Email interview, Dessa Bergen-Cico, Ph.D., Professor Public Health, Coordinator of Addiction Studies Programs, Falk College, Syracuse University, Oct. 17, 2019.
New York State Department of Health web site, "The New York State Medical Marijuana Program: Guidance on Use of Vaping Products for Medical Marijuana Patients." Accessed Oct. 16, 2019.
New York State Department of Health report, "Medical Use of Marijuana Under the Compassionate Care Act Two-Year Report, 2016-2018," Table 4, "Medical Marijuana Products Available." Accessed Oct. 16, 2019.
Star-Tribune, "Minnesota is trying to rule out medical pot in vaping lung-injury outbreak," Oct. 15, 2019. Accessed Oct. 16, 2019.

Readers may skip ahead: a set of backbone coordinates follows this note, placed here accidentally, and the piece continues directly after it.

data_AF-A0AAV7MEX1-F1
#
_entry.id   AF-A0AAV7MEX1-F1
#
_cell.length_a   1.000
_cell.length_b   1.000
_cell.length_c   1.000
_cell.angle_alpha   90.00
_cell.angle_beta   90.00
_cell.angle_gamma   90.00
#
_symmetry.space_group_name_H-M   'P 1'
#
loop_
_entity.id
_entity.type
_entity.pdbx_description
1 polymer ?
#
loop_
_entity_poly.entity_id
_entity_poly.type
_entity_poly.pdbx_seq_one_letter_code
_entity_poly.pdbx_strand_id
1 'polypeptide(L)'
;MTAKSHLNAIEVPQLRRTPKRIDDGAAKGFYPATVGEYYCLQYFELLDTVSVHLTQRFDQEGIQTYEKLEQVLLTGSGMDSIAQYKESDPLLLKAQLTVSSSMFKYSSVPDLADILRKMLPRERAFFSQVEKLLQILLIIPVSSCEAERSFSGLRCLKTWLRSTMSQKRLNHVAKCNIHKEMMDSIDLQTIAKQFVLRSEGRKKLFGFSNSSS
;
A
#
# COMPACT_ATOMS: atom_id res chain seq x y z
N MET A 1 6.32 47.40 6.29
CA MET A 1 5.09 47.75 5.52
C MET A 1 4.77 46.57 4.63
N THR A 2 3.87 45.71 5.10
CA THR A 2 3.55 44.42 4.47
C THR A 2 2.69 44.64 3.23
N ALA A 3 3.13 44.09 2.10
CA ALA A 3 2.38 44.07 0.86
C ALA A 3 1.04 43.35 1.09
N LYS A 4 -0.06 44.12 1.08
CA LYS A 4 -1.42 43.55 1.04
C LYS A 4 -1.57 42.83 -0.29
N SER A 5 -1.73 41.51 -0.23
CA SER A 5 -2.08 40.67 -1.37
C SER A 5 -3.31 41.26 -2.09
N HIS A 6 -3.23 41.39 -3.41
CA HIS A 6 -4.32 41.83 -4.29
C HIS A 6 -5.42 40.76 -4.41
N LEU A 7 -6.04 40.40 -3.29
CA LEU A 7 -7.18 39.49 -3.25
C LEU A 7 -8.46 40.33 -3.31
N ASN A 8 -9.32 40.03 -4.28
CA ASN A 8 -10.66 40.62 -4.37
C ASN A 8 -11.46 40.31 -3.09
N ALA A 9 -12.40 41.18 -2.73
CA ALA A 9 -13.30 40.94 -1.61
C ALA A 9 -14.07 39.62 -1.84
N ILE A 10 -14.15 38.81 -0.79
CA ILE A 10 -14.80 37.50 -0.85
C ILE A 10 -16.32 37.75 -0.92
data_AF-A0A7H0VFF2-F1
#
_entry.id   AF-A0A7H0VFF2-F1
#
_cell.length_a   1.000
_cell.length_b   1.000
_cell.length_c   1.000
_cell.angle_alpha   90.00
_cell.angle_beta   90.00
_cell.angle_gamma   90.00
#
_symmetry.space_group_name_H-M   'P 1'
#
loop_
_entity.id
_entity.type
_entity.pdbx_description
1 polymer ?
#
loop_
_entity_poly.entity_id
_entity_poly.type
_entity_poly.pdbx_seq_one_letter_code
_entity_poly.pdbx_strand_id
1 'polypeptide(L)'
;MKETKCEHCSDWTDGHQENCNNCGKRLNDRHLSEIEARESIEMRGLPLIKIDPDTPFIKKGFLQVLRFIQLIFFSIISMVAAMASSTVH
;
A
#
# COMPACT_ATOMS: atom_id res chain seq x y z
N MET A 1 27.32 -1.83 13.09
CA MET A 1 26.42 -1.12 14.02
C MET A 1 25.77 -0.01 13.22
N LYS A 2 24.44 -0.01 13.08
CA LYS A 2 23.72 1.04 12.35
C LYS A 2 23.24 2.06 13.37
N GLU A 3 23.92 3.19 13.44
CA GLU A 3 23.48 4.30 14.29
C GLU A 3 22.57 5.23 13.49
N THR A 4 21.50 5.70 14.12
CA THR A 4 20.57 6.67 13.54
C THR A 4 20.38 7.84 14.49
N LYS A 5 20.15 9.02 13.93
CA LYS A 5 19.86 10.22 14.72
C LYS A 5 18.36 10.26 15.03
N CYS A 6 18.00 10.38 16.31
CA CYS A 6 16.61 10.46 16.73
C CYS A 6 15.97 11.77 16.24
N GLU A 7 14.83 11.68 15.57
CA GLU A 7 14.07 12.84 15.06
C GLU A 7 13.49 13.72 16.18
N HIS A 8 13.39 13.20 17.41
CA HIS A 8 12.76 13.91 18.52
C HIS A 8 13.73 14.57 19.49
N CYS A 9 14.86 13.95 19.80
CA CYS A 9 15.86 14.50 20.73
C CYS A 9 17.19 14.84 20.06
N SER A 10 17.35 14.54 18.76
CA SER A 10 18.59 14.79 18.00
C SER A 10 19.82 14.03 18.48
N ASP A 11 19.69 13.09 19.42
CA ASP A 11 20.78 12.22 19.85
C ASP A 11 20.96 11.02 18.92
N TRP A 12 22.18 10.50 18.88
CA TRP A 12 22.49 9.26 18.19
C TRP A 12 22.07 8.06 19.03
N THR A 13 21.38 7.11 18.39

Email interview, Ilias Kavouras, Ph.D., professor, CUNY Graduate School of Public Health and Health Policy, Oct. 22, 2019.
Phone interview, Mitch Earleywine, Ph.D., professor of psychology, College of Arts and Sciences, University at Albany, Oct. 22, 2019.
Report, Harm Reduction Journal, "Decreased respiratory symptoms in cannabis users who vaporize," Mitch Earleywine and Sara Smucker Barnwell, April 16, 2007.
Report, International Journal of Drug Policy, "Pulmonary function in cannabis users: Support for a clinical trial of the vaporizer," Nicholas T. Van Dam, Mitch Earleywine, 2010.
Phone interview, Ana Maria Rule, Ph.D., assistant professor, director of the Exposure Assessment Lab, Johns Hopkins School of Public Health, Oct. 23, 2019.